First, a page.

To replicate McClatchy’s strategy, identify a distribution platform for the targeted audience, then craft an introduction with transparency in mind. Who’s the audience for the “get to know” strategy? What do they already know about you and your organization? What questions might they have? And how would this act of transparency contribute to a lasting relationships?

Strategy 2: “Be one of us.”

ProPublica increases its transparency through crowdsourcing information from the audience. In this way, audience members are privy to the kind of information the organization needs in its reporting and can follow along as the reporter(s) continue to dig in and report out. And ProPublica frequently reports regarding how the audience’s information propelled investigations forward, demonstrating that the reporters are actually doing something with the information, and that the information is integral to the journalistic process. Find ways to invite your audience to be part of the reporting process, and bring them along with you as you continue to report the story.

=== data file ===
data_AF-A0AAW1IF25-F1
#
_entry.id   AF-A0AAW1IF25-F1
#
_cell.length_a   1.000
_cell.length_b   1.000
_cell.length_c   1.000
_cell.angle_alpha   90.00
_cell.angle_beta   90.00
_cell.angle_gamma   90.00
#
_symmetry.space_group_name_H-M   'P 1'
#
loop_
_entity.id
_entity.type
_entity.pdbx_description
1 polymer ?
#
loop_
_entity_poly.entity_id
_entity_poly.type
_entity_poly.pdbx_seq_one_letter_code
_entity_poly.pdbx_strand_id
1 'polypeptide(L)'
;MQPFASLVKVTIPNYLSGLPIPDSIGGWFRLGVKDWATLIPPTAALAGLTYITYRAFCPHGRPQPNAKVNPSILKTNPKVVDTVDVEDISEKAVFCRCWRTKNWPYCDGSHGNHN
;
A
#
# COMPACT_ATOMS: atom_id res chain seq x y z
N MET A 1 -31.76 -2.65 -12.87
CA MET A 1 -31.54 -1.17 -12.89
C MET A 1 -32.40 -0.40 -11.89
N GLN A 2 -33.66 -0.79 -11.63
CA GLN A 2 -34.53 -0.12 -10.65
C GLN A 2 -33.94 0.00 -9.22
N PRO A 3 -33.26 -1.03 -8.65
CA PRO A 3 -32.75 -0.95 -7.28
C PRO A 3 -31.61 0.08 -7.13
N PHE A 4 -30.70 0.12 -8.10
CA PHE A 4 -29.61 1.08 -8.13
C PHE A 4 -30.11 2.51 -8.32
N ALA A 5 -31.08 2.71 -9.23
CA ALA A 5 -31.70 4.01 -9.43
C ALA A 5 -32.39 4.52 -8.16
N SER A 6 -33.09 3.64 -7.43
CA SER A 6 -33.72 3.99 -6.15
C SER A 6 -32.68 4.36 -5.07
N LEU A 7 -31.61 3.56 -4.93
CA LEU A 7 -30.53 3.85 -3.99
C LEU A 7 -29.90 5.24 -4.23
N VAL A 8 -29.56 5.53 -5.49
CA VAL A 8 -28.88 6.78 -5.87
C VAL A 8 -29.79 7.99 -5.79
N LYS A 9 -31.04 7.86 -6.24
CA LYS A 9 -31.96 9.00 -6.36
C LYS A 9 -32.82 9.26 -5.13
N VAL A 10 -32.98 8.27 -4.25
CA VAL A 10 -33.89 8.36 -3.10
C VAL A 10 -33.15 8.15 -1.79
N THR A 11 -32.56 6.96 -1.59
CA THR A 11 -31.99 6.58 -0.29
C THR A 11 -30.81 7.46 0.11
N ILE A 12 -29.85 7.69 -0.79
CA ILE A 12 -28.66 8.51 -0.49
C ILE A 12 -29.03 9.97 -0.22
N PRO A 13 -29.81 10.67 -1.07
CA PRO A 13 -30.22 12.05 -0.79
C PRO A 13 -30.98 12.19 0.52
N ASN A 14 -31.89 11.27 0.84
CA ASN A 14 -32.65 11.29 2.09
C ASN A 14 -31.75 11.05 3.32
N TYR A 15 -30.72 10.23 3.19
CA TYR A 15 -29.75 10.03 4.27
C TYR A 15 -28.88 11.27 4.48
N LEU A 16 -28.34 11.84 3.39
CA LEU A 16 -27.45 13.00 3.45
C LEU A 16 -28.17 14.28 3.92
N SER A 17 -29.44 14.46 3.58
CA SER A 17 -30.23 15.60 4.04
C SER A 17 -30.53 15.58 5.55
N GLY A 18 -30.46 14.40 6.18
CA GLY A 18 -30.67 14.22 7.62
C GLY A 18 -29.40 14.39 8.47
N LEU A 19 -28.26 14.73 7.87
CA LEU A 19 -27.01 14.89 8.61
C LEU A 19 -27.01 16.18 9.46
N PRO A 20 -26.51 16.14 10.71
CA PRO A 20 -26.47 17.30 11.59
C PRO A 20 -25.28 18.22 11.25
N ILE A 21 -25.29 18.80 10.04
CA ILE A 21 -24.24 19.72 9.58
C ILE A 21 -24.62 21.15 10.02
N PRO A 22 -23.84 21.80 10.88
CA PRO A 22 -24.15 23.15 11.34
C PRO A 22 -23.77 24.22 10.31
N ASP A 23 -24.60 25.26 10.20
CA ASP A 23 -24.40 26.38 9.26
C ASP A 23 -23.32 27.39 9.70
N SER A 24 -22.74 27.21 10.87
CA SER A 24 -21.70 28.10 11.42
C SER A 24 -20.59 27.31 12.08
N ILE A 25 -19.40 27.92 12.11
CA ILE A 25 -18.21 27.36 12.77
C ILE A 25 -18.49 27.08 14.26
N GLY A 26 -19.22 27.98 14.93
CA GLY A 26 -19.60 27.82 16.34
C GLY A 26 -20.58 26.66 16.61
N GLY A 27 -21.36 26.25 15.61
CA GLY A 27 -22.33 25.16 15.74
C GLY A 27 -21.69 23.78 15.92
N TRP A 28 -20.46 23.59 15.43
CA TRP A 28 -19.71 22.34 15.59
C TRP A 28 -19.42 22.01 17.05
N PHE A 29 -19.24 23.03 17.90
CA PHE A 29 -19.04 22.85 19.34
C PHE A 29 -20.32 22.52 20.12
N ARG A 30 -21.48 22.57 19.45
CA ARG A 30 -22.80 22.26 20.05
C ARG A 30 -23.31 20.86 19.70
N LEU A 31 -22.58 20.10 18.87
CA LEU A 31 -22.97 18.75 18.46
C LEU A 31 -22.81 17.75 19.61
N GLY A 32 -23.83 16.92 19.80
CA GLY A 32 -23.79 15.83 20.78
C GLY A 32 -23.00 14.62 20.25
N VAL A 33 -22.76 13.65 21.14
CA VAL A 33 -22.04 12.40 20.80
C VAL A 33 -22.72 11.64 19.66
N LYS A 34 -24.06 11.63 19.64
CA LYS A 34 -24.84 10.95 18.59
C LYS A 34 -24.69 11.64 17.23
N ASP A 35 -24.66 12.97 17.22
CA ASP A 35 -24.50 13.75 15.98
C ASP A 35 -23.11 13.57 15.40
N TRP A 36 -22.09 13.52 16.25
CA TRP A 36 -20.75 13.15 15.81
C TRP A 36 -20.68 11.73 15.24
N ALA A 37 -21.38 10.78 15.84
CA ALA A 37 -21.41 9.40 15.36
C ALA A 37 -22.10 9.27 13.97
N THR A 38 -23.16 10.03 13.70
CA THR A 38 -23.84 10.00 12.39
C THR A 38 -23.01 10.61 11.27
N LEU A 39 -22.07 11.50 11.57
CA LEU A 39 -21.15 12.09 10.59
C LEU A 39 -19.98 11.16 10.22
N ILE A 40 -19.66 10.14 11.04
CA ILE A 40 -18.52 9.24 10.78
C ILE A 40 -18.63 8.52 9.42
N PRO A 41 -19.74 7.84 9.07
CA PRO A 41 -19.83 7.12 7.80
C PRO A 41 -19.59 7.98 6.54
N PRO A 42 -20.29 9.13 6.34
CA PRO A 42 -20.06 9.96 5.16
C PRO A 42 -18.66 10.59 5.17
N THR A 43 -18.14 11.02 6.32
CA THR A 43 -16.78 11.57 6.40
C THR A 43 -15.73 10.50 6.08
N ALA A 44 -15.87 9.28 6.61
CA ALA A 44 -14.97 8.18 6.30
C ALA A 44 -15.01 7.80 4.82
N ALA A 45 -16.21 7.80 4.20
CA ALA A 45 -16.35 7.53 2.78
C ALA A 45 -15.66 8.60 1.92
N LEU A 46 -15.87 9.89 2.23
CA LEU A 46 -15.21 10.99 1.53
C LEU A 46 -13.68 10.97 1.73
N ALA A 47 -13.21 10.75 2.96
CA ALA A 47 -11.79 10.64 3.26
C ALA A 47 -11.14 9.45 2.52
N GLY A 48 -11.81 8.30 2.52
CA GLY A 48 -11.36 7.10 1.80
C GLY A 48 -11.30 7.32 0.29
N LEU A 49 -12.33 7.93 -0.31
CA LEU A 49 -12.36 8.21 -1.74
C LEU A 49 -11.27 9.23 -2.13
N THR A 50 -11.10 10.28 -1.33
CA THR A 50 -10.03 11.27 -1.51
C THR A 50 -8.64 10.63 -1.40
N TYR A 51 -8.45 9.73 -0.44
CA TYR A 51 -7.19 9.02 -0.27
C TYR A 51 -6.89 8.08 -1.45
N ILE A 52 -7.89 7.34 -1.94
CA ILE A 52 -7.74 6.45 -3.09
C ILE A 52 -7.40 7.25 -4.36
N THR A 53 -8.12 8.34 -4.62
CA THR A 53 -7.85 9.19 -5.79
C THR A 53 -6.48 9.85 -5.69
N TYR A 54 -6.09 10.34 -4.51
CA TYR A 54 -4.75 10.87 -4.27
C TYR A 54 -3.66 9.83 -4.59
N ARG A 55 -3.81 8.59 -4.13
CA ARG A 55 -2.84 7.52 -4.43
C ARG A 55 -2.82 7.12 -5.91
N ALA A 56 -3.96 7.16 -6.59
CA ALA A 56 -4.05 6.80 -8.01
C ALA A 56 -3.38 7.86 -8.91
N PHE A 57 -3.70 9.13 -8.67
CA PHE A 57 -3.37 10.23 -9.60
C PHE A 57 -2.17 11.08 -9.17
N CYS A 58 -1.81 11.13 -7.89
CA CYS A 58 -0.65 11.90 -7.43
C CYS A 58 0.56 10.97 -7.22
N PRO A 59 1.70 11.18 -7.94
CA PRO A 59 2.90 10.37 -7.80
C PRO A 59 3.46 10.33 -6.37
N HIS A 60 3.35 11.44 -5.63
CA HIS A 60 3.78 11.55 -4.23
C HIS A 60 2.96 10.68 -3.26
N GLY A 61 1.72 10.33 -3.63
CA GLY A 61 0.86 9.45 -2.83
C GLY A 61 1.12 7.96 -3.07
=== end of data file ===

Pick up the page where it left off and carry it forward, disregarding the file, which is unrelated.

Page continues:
Trusting News offers many additional resources about why, and how, media organizations can advance trust through transparency. In short, they ask: What are the ways you can tell your story to the public so they can get to know you? The answers will contribute to what a recent Knight Foundation report calls “radical transparency.”

2. A shared mission with the audience is a quick path to gaining trust. Ensure that your organization has a clear mission, and communicate it both in theory and in practice with your audience.

Outlier Media is an example of an organization with a very specific mission that is clearly communicated to its consumers, both in theory and in practice: To “identify, report, and deliver valuable information to empower [Detroit] residents to hold landlords, municipal government, and elected officials accountable for long standing problems in the housing and utilities markets.”